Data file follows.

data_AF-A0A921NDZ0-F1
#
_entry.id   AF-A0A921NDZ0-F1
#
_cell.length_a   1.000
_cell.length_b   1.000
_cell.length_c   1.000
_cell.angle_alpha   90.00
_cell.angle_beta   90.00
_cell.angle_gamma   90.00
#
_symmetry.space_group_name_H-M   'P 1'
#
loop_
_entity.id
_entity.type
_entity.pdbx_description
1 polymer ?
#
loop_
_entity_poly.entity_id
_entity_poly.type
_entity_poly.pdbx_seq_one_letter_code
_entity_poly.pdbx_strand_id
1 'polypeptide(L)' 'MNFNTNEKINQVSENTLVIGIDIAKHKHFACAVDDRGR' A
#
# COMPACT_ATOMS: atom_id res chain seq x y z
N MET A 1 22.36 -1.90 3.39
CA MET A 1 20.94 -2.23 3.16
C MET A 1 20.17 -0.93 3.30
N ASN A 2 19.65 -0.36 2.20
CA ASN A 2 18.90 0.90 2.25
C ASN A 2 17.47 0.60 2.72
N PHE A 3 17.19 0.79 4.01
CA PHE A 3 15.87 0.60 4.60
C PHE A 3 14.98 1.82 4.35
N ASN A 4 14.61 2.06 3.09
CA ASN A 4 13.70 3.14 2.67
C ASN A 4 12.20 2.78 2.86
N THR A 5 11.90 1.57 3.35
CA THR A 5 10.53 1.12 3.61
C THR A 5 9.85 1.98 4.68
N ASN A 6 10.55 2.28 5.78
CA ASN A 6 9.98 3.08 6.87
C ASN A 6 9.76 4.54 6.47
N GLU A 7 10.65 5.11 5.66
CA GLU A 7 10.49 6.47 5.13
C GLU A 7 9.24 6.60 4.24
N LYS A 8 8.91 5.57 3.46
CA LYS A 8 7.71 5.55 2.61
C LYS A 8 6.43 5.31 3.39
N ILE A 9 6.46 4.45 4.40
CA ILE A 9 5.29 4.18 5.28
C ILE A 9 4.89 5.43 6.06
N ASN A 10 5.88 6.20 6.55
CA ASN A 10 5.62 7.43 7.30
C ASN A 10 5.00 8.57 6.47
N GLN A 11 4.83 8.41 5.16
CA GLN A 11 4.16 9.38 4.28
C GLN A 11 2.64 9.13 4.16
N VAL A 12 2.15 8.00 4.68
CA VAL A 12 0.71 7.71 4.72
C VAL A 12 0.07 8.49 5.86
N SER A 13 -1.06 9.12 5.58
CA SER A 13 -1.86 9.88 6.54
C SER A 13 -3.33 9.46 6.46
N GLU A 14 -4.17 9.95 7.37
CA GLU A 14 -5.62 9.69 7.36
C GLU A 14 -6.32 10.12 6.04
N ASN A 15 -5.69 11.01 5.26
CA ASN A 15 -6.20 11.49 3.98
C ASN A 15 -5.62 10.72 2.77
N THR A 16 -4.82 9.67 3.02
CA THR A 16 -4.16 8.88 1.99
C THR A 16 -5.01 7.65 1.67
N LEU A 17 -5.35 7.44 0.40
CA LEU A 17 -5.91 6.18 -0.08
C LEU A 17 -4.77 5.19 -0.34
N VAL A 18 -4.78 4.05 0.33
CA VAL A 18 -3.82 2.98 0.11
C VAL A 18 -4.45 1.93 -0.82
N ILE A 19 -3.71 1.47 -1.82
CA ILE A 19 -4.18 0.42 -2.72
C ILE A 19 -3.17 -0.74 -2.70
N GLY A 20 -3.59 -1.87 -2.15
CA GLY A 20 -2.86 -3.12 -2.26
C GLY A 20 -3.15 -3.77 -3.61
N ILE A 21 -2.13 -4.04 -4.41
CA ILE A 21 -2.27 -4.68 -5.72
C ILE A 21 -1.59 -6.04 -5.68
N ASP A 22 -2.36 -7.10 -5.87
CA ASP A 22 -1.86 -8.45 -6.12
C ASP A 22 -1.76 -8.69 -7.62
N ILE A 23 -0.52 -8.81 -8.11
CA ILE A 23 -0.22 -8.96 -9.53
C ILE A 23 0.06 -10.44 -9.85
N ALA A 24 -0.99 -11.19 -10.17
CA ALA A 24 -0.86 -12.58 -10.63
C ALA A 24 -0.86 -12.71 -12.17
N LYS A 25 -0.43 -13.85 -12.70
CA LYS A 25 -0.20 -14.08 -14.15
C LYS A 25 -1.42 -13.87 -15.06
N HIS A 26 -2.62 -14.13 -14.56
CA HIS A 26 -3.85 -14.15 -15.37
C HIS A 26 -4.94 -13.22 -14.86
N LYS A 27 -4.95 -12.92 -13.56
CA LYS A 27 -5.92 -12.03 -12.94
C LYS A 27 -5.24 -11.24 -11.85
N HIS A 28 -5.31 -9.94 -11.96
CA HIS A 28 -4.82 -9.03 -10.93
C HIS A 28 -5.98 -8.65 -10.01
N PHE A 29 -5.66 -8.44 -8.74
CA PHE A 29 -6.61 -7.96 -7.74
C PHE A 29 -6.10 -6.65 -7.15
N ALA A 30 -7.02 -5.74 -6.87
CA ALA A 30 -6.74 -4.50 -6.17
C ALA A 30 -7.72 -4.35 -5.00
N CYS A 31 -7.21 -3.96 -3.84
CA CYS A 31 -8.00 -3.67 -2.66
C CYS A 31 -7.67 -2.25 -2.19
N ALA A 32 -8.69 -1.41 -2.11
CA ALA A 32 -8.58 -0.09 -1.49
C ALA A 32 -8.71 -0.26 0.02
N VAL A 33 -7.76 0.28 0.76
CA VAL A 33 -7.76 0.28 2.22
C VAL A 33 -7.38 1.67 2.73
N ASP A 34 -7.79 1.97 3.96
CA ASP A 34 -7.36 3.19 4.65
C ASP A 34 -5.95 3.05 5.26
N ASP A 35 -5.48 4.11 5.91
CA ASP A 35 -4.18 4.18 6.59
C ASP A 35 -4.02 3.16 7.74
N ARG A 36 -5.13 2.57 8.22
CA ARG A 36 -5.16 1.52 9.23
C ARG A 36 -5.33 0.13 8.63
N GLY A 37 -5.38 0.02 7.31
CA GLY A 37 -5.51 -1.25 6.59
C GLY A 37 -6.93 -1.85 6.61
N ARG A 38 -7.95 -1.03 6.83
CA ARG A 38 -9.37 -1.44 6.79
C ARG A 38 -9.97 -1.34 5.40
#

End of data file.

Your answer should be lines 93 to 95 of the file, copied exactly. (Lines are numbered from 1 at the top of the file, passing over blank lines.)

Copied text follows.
C ASP A 22 -1.76 -8.69 -7.62
N ILE A 23 -0.52 -8.81 -8.11
CA ILE A 23 -0.22 -8.96 -9.53